refers to fabric of combed yarns spun in the worsted spinning system. These tend to be longer finer yarns than those spun in the woolen system. The term worsted usually refers to wool but may refer to any other fibers as well. Worsted fabrics are lighter and smoother than woolens. Tropical, gabardine and serge are examples of worsted fabrics.
Yarn made of combed wool and spun by the worsted process that gives a harder twist than "woolen," producing worsted fabric with more resiliency, a smoother finish, and a clearer surface than woolen fabric.
A general term given to fabrics and yarns from combed wool. Worsted fabric is made from worsted yarns and is tightly woven with a smooth or hard surface. Gabardine and serge are examples of worsted fabrics.
A process that occurs prior to spinning, whereby wool yarns are firmly twisted from combed fibers that are longer than three inches in length. This process improves the woolâ€™s quality by leaving only the longer pieces of fiber for final spinning. It is used to weave more intricate patterns.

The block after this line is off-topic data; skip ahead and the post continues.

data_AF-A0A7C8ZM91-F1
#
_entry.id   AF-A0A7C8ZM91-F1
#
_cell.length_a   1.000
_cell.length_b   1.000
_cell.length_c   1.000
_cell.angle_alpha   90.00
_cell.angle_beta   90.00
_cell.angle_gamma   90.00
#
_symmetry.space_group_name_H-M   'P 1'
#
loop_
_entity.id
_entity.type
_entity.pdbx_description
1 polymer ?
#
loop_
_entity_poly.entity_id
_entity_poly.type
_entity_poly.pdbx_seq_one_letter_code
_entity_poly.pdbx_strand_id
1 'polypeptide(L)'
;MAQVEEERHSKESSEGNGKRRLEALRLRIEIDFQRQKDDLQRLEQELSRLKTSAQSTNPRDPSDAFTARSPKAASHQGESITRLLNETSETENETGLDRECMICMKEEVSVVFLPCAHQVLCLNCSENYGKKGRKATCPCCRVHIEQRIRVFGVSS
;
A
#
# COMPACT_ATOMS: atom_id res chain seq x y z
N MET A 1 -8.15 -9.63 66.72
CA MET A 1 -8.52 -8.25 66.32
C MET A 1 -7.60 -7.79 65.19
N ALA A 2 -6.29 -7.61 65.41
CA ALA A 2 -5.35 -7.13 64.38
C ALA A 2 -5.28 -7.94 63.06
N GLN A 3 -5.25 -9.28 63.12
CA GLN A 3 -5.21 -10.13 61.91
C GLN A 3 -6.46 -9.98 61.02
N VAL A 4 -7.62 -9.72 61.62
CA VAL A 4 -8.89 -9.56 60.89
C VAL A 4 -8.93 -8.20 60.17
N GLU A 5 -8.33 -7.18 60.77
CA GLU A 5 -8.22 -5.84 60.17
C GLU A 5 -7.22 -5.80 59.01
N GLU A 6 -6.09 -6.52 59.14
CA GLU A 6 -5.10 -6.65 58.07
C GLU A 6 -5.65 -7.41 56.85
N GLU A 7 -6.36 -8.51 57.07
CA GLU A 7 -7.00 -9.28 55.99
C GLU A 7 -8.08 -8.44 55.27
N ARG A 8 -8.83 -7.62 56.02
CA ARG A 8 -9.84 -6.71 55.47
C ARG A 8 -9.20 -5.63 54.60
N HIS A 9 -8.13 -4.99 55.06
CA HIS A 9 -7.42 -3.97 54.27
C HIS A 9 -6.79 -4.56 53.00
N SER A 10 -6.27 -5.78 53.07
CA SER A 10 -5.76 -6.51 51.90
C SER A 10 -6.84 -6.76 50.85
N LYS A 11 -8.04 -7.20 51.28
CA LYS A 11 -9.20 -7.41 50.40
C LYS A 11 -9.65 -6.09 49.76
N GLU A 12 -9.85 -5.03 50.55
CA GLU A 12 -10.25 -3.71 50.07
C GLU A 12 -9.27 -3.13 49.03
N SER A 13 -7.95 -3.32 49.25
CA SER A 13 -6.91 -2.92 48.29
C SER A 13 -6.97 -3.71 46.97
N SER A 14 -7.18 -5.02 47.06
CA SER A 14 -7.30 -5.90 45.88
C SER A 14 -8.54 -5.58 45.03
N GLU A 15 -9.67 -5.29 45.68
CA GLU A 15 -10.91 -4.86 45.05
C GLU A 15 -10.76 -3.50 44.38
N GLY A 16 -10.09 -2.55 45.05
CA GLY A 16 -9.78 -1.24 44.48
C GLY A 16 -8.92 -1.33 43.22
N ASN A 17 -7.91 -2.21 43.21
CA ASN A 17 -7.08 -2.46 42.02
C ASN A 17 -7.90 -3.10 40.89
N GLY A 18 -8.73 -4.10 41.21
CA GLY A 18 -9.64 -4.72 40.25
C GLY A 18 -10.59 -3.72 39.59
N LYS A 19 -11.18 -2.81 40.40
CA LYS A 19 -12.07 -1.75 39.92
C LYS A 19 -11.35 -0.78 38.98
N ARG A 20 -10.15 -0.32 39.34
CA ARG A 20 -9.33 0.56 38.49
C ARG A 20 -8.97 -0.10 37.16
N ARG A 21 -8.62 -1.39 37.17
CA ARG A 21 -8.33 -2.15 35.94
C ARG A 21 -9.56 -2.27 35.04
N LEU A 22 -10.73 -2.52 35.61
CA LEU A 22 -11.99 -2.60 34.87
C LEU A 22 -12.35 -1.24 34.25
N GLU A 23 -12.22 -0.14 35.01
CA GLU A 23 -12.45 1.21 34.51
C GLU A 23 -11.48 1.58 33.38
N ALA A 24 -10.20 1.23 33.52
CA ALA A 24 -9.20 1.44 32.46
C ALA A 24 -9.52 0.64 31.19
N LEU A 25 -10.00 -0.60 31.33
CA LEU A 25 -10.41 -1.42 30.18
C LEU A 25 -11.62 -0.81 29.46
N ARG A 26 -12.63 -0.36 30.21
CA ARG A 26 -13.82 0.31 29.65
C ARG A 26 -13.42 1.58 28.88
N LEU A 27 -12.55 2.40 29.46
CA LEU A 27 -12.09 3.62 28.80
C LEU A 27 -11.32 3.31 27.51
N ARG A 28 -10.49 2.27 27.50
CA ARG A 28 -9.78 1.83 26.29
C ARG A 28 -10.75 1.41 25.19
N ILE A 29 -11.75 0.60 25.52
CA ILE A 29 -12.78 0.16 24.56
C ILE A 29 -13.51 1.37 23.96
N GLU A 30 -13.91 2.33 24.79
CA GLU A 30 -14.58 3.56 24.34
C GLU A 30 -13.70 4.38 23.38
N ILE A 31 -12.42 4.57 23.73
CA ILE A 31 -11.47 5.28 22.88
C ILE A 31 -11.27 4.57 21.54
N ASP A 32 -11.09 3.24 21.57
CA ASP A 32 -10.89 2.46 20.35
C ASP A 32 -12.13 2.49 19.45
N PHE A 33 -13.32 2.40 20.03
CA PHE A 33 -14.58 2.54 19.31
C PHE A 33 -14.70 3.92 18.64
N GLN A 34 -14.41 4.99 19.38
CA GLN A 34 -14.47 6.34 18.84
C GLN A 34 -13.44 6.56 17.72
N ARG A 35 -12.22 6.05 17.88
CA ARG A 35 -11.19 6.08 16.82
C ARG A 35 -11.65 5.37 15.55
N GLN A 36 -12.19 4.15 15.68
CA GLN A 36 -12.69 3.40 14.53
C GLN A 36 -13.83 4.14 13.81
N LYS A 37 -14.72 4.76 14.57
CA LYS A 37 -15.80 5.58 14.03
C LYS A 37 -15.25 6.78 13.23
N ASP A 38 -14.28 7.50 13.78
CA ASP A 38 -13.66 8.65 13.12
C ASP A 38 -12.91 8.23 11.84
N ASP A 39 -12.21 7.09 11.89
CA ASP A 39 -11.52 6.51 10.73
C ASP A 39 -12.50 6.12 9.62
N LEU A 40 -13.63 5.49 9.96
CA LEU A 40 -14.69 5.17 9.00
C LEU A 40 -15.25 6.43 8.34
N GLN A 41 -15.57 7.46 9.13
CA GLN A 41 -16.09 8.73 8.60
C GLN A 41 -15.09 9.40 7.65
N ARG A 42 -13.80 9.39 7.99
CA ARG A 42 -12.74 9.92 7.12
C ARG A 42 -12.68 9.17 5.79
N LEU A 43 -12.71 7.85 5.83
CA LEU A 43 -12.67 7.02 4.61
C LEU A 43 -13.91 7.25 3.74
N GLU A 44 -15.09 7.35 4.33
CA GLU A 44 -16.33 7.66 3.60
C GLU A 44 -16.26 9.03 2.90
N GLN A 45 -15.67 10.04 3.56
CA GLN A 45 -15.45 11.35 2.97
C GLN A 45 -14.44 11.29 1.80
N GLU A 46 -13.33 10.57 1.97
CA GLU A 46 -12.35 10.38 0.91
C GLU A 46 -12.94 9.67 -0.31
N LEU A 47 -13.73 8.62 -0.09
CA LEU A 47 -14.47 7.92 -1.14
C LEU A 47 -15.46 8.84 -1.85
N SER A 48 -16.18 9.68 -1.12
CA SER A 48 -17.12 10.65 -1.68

A yarn created by spinning long fibers using the worsted system. Characterized by both smoothness and luster. Top page Wyzenbeek A test used primarily for seating fabrics that determines whether or not a textile meets or exceeds industry standards for abrasion resistance. The measurement is given in double rubs, which indicate how many abrasions can be applied to the textile before it shows obvious wear. The test can also be applied to vertical surface fabrics.
Worsted is the name of a yarn, the cloth made from this yarn, as well as a yarn weight category. The name derives from the village of Worstead in the English county of Norfolk. This village became, along with North Walsham and Aylsham, a centre for the manufacture of yarn and cloth after weavers from Flanders arrived in Norfolk in the 12th century.http://www.worstead.co.uk/history_village.htm Worstead village history.